Marie Bostwick weaves the unforgettable story of four very different women whose paths cross, changing their lives forever…
It’s a long way from Fort Worth, Texas, to New Bern, Connecticut, yet it only takes a day in the charming Yankee town to make Evelyn Dixon realize she’s found her new home. The abrupt end of her marriage was Evelyn’s wake-up call to get busy chasing her dream of opening a quilt shop. Finding a storefront is easy enough; starting a new life isn’t. Little does Evelyn imagine it will bring a trio like Abigail Burgess, her niece Liza, and Margot Matthews through her door…
Troubled and angry after her mother’s death, Liza threatens to embarrass her Aunt Abigail all over town unless she joins her for quilting classes. A victim of downsizing at the peak of her career, Margot hopes an event hosted by the quilt shop could be a great chance to network—and keep from dying of boredom…
As they stitch their unique creations, Evelyn, Abigail, Liza, and Margot form a sisterhood they never sought—but one that they’ll be grateful for when the unexpected provides a poignant reminder of the single thread that binds us all…
Praise for the Novels of Marie Bostwick
Fields of Gold
“A touching story.”—Patricia Gaffney
“Gripping, heartwarming.”—Dorothy Garlock
On Wings of the Morning
“Will set your heart to soaring!”—Debbie Macomber
1. In Marie Bostwick’s novel, A Single Thread, Evelyn Dixon is
a Texas housewife, who in a matter of days must not only vacate
her marriage but also her home. If the circumstances of
life called for you to leave your home and move quickly,
where would you go? How would you cope? What would
scare you about the situation? What would excite you?
2. A quilter of more than 25 years, Evelyn likes the exacting
precision her hobby requires. But she also revels in the fact
that if 100 people were to quilt the same pattern no two of
their quilts would be exactly alike. What do we know about
Evelyn because she is a quilter? How would you elaborate
on her view of quilting as a metaphor for life?
3. After only a few hours in New Bern, Evelyn realizes she feels
more at ease in the New England town than she ever did in
her planned suburban development. Do you believe certain
places can speak to us? Can you recall a place where you immediately
felt at home? Do you know why?
4. When Evelyn ventures into the old brick storefront that will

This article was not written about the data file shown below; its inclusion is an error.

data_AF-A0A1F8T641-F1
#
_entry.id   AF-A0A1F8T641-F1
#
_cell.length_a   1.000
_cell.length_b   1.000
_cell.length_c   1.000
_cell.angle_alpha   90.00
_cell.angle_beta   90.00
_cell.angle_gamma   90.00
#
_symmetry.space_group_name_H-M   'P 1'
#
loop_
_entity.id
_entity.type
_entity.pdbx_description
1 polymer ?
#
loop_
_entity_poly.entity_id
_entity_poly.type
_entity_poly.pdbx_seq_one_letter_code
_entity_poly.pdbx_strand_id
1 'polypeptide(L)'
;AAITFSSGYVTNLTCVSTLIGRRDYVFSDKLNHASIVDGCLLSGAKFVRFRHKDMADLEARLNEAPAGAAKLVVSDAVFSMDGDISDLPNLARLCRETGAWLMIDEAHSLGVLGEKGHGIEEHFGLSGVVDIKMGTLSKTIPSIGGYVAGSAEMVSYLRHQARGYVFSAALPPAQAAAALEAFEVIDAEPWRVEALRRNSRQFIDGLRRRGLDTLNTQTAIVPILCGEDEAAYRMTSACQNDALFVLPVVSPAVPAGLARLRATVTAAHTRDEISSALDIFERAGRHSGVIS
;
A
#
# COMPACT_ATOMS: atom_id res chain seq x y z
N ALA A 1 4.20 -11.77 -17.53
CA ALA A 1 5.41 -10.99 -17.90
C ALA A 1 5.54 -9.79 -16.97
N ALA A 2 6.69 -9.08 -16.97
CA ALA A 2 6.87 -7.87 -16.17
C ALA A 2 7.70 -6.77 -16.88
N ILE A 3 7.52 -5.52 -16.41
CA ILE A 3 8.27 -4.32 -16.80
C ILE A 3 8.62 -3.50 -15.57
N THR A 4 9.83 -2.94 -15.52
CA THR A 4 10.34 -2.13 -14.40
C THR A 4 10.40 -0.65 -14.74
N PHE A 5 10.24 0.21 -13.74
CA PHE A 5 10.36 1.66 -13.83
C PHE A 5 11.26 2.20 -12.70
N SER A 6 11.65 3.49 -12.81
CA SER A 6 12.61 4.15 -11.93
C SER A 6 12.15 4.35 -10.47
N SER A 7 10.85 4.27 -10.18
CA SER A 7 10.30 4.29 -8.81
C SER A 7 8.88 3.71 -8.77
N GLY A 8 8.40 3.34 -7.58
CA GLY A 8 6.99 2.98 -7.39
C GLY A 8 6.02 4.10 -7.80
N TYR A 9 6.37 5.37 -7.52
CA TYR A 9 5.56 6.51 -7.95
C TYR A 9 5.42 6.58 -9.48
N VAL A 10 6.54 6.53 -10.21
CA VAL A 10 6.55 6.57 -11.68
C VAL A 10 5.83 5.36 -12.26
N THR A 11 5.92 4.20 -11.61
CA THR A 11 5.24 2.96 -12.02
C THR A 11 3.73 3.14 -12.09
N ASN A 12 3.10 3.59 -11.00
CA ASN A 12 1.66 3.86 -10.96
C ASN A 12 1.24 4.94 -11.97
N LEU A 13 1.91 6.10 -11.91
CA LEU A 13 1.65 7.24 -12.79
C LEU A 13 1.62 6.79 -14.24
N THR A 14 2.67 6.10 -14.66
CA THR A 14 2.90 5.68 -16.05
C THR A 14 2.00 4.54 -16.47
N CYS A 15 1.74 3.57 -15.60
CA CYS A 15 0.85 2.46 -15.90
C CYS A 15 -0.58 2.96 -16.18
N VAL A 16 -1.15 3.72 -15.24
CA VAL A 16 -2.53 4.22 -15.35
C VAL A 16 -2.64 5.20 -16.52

become Cobbled Court Quilts, she doesn’t really see the grime
or the broken windows or the water stains on the walls. Instead,
she envisions how the tiny window panes would gleam
if washed and how inviting the front door would be with
fresh red paint. What allows some people, like Evelyn, to see
the possibilities in life—and not be overwhelmed by the negatives?
Is there danger in having such a world view? Can you
remember one time when you saw potential in something (or
someone) that no one else did? If you took action on your
feeling, what happened?
5. Newly divorced, financially fragile, and of an age when some
would say she should be sitting on a Florida beach worrying
about her grandkids, what possesses Evelyn instead to open
a quilting shop—in a new town no less? Is she brave? Foolhardy?
Is there something you’ve always wanted to do or
try? Would the people in your life cheer you on? Or brand
you delusional? Is it ever too late to pursue your dream?
6. Abigail Burgess-Wynne, the matriarch of New Bern, appears
to be popular, pragmatic, and in total control of her life. If
she were not a wealthy woman, willing to support many local
causes, do you think she would be as popular? Is her popularity
only a factor of what she (and her money) can do for
others? What could possibly make her so resistant to her
niece’s cry for help? What do we risk when we pin someone
else’s sins on another?
7. Why does it take Evelyn so long to realize that Charlie Donnelly
is smitten with her? Do you think the challenges to her
health had anything to do with her lack of awareness of his
feelings? Have you ever been unaware of someone’s feelings
for you, and what did you do when you finally realized those
8. When Charlie makes his duck confit and Evelyn hosts her
quilting classes, some would say they are just “trying to make
a living.” But as Charlie tells Evelyn, there are about 200 easier
ways to do that. Pushed, Evelyn admits she dreamed that
her store would spawn a community of quilters. Where do
you find community in your life? What do we gain through
9. Three of the scariest words in the world: You have cancer.
After Evelyn hears them, she breaks down not with friends
but before three strangers. Why? What is the most unusual
situation in your life from which you ultimately made a
friend? If you have had cancer or have known someone battling
cancer, what did the experience teach you? What
would you share about this six-letter word?
10. Abigail may appear chilly, materialistic, and controlling, but
Evelyn believes the brittle shell houses a compassionate soul.
In fact, she believes the same holds true for the rebellious
and prickly Liza Burgess. What would cause Abigail and Liza
to hide—even deny—such a positive quality about themselves?
Have you ever put up walls in your life, then rued the decision?
11. Too often we believe we are loved for our breasts or our
muscles, our looks or our hair, when ideally we all want to be
loved for the cocktail of qualities that makes us, well, us.
What are your perennial, unchanging qualities—both good
and bad, quirky and mundane, silly and serious?
12. Life doesn’t promise that we will always be happy, but Evelyn
manages to piece together what she needs to face the
journey: a group of loyal friends. Name three things that
would help you through the ups and downs of life.